For in the awe and beauty of life that is the trail I learn surrender from the flowing waters of the creek; trust from the goslings that follow their parents into the brush; patience from the watchful hawk; playfulness from the frolicking squirrels; humor from the waddling Mallard couple; courage from every fawn that coexists among the coyotes; steadfastness in the annual appearance of the sunflower field.

The sun is a giant persimmon, fast dropping deep orange into the Limbo of the western horizon. With rear blinker on, I head toward it. The gossamer veil of dawn has been replaced by a velvet shade, not yet fully drawn. Even the sound is that of rustled velvet, hushed, subdued. The robin's trill is no more; the industrious woodpecker is off nesting for the night. One raccoon, however, is awaking from its diurnal slumber and claws its way up a tall maple, its small mouth around a large corncob. A beaver is paddling in the Salt, in the direction of the sinking sun. The diamonds of its morning wake are now transformed by the alchemy of approaching darkness into smoky topazes. As I look over the top of the now empty railroad underpass, I see that the sun has vanished. I flip on my headlamp as I make the turnaround for the 20-minute ride back home.

I pedal-up the pace as the daylight diminishes. Car headlights appear through the groves where the trail parallels the suburban side streets. An algae-covered bog glows with a green phosphorescence. A lone doe crashes out of the woods and sprints before me, her tail swinging to and fro like a white pendulum in time to the beat of the night. I see the metal crane up ahead and make my final turn at the meadow where just over 13 hours ago, the sun was making its glorious ascent. High overhead, a jet emits twin contrails like pressurized whipped cream in a sky that is still a faint blue, the velvet shade not yet drawn tight. I give one last nod to a passing bicyclist, one final "Bike on your left!" to a teen talking on a cell phone before I cross Maple Avenue and exit the Salt Creek Bicycle Trail.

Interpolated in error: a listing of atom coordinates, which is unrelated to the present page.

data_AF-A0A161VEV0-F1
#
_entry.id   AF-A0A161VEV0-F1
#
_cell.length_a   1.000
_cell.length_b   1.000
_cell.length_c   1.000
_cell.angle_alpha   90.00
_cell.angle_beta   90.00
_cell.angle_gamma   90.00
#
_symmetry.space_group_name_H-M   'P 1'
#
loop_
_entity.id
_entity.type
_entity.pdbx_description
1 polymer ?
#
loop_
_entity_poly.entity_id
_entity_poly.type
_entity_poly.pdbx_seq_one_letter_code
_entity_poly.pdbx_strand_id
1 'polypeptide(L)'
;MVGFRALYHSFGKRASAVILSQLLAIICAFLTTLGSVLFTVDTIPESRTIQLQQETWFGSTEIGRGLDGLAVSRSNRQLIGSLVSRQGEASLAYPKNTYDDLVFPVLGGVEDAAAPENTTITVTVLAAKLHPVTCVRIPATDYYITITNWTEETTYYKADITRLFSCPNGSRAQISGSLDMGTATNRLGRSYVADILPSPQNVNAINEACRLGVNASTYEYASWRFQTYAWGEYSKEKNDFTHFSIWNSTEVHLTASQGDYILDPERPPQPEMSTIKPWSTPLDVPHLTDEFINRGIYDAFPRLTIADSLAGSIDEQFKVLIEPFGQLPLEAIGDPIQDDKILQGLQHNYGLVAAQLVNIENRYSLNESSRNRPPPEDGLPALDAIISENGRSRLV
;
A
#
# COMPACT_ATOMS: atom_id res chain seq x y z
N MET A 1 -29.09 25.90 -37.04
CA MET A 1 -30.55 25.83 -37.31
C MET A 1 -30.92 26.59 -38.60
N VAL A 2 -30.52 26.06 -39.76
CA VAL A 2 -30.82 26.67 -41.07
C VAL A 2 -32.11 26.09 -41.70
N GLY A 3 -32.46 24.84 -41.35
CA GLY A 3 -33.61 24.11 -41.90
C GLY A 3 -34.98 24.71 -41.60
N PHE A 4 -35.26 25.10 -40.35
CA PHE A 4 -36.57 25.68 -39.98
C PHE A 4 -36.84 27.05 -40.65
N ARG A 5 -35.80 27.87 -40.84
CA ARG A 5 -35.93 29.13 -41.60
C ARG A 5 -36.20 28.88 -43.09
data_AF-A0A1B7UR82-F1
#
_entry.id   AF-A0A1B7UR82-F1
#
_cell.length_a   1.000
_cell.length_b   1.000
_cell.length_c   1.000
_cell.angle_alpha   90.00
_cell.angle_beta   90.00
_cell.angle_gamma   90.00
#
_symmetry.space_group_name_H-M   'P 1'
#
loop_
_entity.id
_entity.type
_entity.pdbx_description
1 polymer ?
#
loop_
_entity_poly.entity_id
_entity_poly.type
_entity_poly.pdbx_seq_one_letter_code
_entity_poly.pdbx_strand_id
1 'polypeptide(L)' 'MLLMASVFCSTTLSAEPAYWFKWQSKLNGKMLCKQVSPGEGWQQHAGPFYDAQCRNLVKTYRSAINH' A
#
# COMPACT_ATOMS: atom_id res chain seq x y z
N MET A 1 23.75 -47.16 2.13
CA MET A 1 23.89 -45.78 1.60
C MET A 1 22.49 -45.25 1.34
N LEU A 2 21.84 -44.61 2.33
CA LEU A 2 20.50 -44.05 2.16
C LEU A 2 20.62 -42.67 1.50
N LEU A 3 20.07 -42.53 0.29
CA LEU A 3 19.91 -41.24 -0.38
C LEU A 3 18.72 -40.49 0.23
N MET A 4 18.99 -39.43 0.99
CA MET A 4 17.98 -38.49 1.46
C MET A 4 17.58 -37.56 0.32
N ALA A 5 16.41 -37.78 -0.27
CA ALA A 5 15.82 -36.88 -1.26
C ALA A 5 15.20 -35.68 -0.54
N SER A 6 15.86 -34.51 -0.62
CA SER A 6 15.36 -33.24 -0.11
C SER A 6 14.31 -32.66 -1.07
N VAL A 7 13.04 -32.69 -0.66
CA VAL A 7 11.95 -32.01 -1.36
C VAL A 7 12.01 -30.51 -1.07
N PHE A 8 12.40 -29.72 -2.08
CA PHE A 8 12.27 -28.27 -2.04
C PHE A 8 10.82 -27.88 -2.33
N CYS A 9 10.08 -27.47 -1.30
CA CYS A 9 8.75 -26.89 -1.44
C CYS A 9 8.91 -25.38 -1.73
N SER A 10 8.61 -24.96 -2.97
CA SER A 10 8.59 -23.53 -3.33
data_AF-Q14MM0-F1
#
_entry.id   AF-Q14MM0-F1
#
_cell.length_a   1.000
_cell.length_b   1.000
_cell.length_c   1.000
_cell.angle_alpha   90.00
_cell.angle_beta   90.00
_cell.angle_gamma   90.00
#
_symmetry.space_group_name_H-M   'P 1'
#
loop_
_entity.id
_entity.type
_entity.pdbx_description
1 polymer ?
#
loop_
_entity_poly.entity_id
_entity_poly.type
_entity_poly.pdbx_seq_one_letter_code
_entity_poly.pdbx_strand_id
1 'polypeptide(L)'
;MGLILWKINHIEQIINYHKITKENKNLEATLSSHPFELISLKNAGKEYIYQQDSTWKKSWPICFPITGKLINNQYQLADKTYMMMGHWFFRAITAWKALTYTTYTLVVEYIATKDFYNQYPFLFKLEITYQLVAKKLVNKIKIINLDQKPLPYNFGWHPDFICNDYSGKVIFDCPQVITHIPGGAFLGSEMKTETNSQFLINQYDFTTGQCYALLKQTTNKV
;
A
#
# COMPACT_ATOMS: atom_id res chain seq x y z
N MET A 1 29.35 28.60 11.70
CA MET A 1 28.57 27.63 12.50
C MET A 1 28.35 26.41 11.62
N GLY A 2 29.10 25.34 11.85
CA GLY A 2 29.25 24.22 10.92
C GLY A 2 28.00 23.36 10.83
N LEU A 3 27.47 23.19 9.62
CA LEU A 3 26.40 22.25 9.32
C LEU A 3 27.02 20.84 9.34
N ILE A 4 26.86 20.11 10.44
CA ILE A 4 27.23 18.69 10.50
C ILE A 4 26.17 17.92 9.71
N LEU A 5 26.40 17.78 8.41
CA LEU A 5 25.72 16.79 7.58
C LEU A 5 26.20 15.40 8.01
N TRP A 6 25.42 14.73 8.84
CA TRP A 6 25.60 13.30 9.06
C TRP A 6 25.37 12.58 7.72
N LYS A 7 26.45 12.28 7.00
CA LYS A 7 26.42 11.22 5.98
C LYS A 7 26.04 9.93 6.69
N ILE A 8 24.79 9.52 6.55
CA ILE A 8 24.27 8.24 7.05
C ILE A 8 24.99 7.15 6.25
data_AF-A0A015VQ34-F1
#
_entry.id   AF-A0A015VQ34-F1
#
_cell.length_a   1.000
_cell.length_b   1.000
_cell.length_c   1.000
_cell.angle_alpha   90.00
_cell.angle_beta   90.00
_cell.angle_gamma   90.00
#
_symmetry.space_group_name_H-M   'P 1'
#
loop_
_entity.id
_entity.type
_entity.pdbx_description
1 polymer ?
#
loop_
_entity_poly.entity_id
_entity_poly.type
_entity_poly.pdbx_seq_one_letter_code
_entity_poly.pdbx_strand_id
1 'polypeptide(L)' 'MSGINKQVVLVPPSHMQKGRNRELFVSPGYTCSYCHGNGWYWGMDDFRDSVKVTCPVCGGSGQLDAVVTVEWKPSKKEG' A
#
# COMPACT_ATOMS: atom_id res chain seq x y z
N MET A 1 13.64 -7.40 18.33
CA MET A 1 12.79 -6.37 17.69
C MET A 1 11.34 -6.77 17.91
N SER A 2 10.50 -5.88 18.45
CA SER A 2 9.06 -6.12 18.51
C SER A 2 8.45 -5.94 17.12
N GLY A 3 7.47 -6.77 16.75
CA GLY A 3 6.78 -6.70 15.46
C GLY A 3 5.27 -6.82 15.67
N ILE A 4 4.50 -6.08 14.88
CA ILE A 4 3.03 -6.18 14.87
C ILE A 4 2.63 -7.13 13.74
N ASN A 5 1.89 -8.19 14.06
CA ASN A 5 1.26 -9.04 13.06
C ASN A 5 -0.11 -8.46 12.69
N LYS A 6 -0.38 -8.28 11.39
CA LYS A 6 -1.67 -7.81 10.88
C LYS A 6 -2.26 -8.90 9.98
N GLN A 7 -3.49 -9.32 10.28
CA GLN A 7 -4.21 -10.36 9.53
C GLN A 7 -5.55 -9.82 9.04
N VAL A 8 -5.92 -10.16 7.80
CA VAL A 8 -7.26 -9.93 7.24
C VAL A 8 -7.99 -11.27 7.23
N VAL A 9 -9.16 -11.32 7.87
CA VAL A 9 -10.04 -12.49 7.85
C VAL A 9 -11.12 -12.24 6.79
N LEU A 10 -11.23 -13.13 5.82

Once in my backyard, I switch off my blinker and headlamp before steering the Hardrock back into the garage. I do not go into the house but linger outdoors, still needing to feel the trail, to keep it close to me. With their maple trees and evergreens, the backyards seem an extension of the woods. A soft breeze stirs the metal wind chimes as I look up into the deep indigo sky to see Polaris and the other stars of the Big Dipper.

I lift my arms and reach out to them.